TAFA: The Textile and Fiber Art List

Thursday, May 22, 2008

Dreaming of Hammocks

We're going to buy a house and we've been looking for months and months now. One of the criteria, for me, is a yard that will welcome my hammocks. I have three: two from Brazil and one from Honduras. Sigh.... a hammock! Oh, I love laying in one and just letting go... it's one of the places where I can truly fall into relaxation.

My Honduran hammock is similar to the one photographed here. Courtesy Tommy Images.
He took this shot in Venezuela.

I thought about bringing Brazilian hammocks up to the US at one time for re-sale. But, the Brazilian ones, the ones I like, are a heavy cotton fabric. Their bulk made it prohibitive as a business for me, but there are plenty of others bringing in hammocks from all over the world. I was in Brazil about 15 years ago on a buying trip. I grew up in the South, where we did use hammocks- it's a staple piece of furniture there, but the hammock industry is based in the Northeast. On that trip, I visited villages in Recife and Bahia, primarily looking for bobbin lace and other crafts I was bringing back. Hammocks and lace production in Brazil are closely related. The word for hammock in Portuguese, rede, means net. Both are products made by fishing communities along the coast, women making lace and men making the hammocks. Unfortunately, lace-making, was disappearing as a skill even when I was last there. The women I bought from were in their 50's or older and their daughters were not following in their footsteps. A nostalgic song I grew up with, "Mulher Rendeira", talks about lacemakers who look out their windows with no future ahead. Loosely translated, the main line says, "Lace-maker woman, teach me to make lace and I'll teach you about love". Cida Moreira sings a beautiful rendition of it on her album, Na Trilha do Cinema. Mulher Rendeira - Cida Moreira

Photo by BluePail

Hammocks evoke images of sand, sun, beaches, warmth, vacation, sleep, lemonade, ice tea, and other pleasantries. I read up a bit on hammock history when thinking of this article and all sources I looked at credited the hammock as originating in Latin America. Christopher Columbus introduced the hammock to Europe after returning from the America's. (Wikipedia) But, when I was looking around Flickr for some beautiful photos, there were plenty of Asian ones, like this gorgeous one of a kid playing around in a hammock:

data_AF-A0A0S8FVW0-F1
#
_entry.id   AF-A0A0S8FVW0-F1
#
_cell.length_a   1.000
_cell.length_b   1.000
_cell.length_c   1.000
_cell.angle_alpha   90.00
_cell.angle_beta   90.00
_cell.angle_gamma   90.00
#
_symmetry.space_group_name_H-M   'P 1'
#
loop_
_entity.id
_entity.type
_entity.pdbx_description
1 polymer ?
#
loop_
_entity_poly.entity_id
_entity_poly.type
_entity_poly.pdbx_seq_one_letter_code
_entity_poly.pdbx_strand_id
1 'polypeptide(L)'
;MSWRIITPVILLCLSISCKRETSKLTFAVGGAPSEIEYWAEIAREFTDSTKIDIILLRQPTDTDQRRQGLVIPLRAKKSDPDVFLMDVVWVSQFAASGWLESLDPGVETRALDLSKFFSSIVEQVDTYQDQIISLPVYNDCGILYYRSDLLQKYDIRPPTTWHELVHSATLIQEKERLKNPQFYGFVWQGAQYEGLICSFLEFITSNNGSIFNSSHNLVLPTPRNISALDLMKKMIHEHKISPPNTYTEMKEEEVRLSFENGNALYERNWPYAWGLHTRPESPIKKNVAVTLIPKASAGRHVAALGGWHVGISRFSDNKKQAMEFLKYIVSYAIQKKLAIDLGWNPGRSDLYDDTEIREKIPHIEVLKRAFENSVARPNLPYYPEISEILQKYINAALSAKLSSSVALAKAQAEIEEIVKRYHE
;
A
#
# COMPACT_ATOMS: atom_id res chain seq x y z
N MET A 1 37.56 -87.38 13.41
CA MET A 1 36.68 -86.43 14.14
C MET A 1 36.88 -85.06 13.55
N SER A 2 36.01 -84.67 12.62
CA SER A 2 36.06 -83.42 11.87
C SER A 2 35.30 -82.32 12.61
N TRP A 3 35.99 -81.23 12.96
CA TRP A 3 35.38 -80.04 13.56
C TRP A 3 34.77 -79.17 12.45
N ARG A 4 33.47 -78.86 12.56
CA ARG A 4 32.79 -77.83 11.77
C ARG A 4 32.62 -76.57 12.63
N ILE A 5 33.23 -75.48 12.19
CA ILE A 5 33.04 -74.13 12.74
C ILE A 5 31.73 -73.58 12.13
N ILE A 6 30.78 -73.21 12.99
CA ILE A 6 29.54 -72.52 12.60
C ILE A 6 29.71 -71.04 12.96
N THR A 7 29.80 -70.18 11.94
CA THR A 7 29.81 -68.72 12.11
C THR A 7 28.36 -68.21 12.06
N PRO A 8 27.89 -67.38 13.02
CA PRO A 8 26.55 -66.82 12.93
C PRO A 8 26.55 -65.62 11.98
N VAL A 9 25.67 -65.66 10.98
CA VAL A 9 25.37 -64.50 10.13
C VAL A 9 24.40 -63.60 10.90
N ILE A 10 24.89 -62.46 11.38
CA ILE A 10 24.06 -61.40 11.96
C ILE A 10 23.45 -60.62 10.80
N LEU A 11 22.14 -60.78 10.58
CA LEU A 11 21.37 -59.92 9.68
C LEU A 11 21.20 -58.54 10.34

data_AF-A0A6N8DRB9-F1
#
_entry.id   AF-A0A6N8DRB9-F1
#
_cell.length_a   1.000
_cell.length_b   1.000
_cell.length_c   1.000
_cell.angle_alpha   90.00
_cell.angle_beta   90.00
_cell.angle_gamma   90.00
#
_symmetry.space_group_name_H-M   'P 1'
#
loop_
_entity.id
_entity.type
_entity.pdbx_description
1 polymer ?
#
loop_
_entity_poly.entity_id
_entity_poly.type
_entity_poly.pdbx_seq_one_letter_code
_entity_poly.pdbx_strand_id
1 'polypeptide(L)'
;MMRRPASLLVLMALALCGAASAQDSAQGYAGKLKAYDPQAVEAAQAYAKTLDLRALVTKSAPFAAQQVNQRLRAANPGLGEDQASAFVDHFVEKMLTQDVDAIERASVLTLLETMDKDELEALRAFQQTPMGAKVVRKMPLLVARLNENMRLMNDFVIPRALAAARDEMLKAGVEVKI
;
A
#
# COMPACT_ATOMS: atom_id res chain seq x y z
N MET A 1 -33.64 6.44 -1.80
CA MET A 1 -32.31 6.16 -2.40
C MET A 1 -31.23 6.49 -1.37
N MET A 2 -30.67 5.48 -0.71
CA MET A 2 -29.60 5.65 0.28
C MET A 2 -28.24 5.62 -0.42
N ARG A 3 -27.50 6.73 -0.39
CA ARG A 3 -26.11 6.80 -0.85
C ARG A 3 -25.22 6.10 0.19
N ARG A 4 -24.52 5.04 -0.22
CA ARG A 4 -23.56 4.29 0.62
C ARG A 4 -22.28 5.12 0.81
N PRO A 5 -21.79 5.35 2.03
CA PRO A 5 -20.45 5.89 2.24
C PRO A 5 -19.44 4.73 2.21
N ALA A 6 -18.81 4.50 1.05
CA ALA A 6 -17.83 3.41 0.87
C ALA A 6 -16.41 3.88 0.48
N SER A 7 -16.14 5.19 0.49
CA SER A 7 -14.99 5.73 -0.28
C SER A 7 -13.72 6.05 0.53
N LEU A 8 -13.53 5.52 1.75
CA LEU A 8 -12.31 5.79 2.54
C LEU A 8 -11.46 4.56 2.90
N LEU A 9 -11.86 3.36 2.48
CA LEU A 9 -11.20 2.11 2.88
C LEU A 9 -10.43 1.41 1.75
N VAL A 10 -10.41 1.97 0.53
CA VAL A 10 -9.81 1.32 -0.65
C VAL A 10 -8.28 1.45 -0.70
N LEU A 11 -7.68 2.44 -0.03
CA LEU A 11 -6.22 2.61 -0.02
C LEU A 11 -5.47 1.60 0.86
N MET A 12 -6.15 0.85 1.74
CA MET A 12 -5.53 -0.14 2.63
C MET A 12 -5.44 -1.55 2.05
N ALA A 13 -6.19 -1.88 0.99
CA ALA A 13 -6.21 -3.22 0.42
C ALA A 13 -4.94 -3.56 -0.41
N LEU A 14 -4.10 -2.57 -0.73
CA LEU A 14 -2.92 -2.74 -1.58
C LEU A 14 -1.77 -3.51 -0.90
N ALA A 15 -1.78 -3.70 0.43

Photo by janna, Cambodia

My thinking is that hammocks have been used around the world, wherever there is an abundance of fiber and a weaving tradition. Hammocks are comfortable, lift you up away from dirt, wetness, bugs, and are easily portable. Sailors used them on ships.

Navy and Army Illustrated

There were several Victorian photos on Flickr that showed how a hammock might not be the best match for everyone. Lovedaylemon posted this as a found image. She states: "Found image. I can't think this lady can be very comfortable balanced on the edge of the hammock. This card was posted in Harrowgate in 1909." Photo used with her permission:

I completely agree! A hammock demands submission to its folds. There is a certain level of trust that has to happen here.

There are basically two kinds of hammocks: The most common and easily transported is an open net. My least favorite, but the most durable, are made of plastic roping. They can dig into your back. I prefer the second type of hammock, ones that are made out of woven fabric. They offer great support and comfort. The open ones can also be more dangerous, especially for little kids, as they can get tangled in them and fall off. I found a funny video on YouTube of two bears that experienced a tumble:

Animals completely understand the whole hammock concept. I saw several vendors catering to pet owners with hammocks for ferrets, cats, and other creatures. But, the most novel hammock I found was on Etsy, for $250:

Chacabraka has taken the hammock concept to an enviable level of luxury: satin and fur (is it recycled, I hope?). I can imagine this one in a cold northern land with a pot belly wood stove nearby.

Hammock production is pretty basic and can be done at home. The most challenging part is keeping all those threads in order. Documentary Educational Resources have a couple of images of how hammocks are woven in the Amazon:

The Hammock Source has a wonderful quick video on the open weaving technique:

Finally, Claire's Web Site offers a couple of macramé patterns for making a hammock at home.

The moral of this story is that most of us tend to go, go, go, until we drop. Why not drop into a hammock? I know I want to!

Guatemalan hammocks, courtesy Rainy City, 2008.



  1. Well I certainly want one now. It would actually be perfect here...we have such a strong breeze, it would feel wonderful.

    The only problem I can think of would be the deer. I would hate for them to get tangled up in it as they roam through the yard, but I sure wouldn't want to take it down every night either.

  2. If you put big clips on the end, you can easily leave the ends hooked together when they are not in use. That's what they do a lot in South America.

  3. I love the Honduran hammock with that triangulated edge.

  4. Hi Rayela,
    I have given you a "Sweet Home Blogger Award" over on my blog.
    I will understand if you do not have time to pass this award on! None the less, I wanted to give the award to you so you knew how much I enjoyed what you do!


“Sing like no one's listening, love like you've never been hurt, dance like nobody's watching, and live like it's heaven on earth.”

“Whatever you say, say it with conviction.”

(Both by the master, Mark Twain)

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